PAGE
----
Dominion had no comment on Joshipura’s testimony. “We are aware of the SCC staff report, and it’s under internal review,” said Chuck Penn, Dominion spokesman. “We’ll address it in our rebuttal” to be filed tomorrow.

Share this article


(comments below)


(comments below)


15 responses to “Who Should Pay for Haymarket Transmission Project, Amazon or Ratepayers?”

  1. jhuenn Avatar

    Good question – lots of arguable answers. My take would be to look at impact fees as an analog. Development project creates a large impact on surrounding communities, development pays an impact fee to mitigate.
    I guess that would put the burden on the Amazon customers eventually. But it could also be looked at as a zoning and development issue; and penalize the county whose elected officials approved a development in a location that imposes great costs on the community. I don’t think that is as fair an outcome, since it eventually imposes further costs on the same people who are primary victims of the impacts.

    1. You raise a really good point that I had not considered — did the Prince William County supervisors give zoning approval for the data center? If so, they cannot very well complain about the impact of the transmission lines on neighbors.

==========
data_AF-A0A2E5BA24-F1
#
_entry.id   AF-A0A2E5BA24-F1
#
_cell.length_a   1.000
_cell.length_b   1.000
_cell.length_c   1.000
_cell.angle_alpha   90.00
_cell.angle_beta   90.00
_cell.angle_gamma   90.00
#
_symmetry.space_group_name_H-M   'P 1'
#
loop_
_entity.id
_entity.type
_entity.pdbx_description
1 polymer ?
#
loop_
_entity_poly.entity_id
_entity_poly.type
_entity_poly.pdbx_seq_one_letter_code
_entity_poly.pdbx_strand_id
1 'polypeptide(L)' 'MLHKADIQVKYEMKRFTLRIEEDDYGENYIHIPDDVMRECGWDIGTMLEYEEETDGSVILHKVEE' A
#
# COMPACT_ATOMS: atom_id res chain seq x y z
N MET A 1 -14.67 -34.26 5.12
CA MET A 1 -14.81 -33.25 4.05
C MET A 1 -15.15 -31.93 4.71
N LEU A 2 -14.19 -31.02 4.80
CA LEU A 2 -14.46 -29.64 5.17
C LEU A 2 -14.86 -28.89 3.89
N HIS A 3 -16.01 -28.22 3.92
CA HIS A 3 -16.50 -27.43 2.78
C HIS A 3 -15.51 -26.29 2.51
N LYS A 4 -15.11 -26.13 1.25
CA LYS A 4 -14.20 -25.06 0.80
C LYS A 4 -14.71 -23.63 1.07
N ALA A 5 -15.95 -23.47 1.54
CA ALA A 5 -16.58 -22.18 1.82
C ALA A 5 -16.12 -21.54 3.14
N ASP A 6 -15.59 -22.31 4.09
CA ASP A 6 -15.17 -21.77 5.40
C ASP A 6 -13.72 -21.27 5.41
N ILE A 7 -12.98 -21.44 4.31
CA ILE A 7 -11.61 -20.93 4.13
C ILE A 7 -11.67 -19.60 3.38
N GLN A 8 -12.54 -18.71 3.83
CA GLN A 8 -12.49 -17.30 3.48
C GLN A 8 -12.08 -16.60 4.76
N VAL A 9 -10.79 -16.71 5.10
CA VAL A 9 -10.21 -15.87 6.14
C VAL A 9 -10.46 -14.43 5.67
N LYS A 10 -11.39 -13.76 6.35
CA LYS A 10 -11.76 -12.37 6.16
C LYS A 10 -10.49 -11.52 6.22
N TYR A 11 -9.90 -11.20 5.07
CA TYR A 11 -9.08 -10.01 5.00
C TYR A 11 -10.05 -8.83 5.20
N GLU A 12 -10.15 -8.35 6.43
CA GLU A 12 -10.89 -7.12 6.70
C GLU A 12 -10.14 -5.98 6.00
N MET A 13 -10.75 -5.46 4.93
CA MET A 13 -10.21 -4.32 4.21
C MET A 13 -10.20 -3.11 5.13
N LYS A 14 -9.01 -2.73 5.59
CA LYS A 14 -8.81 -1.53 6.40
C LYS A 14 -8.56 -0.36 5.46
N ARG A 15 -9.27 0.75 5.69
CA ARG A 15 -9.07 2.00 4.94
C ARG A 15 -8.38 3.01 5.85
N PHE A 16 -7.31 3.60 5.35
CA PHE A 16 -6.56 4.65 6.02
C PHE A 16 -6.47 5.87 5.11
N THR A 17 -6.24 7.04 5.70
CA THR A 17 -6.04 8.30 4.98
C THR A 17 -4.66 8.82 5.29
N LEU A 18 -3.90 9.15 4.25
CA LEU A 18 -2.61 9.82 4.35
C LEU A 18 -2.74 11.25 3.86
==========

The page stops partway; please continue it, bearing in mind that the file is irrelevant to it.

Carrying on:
1. “Zoning approval” for the data center was not required as, like many things in Prince William, the zoning ordinance in place at the time essentially allowed anything, anyplace, anytime. PWC has a reputation among land use attorneys not employed by the two principal firms in PWC as the Wild, Wild West where anything goes if you are represented by the proper counsel.

        In this particular instance, the supervisors knew nothing of the proposed development until after Dominion announced their plans for the transmission line in 2014. Even then, they were reluctantly spoon fed information by staff that had entered into a questionable NDA with Amazon/VAData. To date they still haven’t been provided with all of the data and the public has been completely shut out, having to gather intel from court records and land development records.